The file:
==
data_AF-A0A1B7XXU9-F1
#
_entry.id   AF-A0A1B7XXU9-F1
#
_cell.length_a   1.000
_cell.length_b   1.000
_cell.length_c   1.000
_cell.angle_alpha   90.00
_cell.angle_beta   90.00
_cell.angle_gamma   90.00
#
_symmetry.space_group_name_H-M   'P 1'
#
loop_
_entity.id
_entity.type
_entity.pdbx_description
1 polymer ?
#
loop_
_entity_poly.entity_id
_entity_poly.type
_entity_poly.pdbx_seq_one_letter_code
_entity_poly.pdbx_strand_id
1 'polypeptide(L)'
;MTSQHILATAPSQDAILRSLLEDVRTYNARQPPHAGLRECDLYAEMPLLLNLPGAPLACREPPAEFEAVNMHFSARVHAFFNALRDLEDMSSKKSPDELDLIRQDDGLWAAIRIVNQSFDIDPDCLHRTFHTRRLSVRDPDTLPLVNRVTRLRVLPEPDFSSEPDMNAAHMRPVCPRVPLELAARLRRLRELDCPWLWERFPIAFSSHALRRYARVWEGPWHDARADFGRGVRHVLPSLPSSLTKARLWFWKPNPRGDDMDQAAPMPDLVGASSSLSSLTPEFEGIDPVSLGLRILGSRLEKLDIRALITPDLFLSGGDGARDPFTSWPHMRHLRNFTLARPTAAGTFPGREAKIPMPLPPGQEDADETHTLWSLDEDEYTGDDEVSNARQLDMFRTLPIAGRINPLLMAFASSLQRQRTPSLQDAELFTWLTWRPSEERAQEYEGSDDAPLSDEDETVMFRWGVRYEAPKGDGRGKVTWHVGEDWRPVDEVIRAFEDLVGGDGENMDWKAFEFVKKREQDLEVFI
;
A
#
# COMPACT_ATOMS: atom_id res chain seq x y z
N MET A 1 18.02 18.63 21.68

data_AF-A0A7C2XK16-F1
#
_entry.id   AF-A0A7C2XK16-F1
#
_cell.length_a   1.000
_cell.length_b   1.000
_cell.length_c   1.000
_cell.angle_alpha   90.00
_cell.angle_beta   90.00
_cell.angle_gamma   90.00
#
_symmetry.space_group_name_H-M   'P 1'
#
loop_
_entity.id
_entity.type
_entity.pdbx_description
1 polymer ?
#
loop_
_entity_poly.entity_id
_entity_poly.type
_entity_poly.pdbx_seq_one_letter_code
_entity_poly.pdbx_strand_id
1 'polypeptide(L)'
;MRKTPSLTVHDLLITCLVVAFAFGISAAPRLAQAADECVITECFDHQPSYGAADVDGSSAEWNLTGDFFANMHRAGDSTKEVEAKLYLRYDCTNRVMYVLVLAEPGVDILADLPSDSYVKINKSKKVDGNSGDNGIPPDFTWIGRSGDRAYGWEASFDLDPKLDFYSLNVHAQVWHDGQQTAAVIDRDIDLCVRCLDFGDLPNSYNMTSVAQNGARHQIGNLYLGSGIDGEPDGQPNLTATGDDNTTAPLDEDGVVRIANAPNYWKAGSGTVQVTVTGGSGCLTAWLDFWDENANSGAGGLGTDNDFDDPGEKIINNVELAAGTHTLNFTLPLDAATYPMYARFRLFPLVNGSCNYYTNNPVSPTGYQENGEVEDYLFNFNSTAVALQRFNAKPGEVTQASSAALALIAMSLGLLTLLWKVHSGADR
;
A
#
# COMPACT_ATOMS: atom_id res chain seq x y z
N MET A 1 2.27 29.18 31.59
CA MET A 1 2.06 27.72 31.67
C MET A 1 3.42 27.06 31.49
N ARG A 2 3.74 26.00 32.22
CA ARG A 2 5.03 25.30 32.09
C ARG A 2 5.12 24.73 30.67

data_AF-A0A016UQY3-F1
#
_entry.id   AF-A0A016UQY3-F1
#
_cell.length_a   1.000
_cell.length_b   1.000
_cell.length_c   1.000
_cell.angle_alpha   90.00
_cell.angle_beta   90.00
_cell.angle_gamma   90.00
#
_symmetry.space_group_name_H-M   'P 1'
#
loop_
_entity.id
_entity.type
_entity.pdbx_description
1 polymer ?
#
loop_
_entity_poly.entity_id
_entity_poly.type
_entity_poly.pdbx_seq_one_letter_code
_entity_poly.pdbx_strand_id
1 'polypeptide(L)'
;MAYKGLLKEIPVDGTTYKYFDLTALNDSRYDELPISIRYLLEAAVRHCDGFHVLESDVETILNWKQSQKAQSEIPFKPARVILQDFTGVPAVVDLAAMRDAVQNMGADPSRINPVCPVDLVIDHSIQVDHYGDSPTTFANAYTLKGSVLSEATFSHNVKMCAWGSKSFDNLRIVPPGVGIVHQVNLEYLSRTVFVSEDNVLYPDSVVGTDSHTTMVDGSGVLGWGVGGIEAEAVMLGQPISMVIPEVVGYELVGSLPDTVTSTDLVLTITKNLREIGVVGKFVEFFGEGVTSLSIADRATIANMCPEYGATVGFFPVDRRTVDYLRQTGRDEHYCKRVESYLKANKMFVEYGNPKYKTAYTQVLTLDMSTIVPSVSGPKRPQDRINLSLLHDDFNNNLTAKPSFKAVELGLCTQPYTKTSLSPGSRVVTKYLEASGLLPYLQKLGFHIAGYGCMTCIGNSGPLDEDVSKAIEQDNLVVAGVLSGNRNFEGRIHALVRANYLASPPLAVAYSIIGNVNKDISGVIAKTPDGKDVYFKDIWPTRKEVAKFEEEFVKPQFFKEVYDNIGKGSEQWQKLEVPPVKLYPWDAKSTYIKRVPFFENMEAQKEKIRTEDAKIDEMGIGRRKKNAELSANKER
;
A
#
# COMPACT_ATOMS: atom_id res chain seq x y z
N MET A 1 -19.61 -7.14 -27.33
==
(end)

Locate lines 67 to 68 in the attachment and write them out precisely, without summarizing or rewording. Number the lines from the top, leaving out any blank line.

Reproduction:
C ARG A 2 5.12 24.73 30.67

data_AF-A0A016UQY3-F1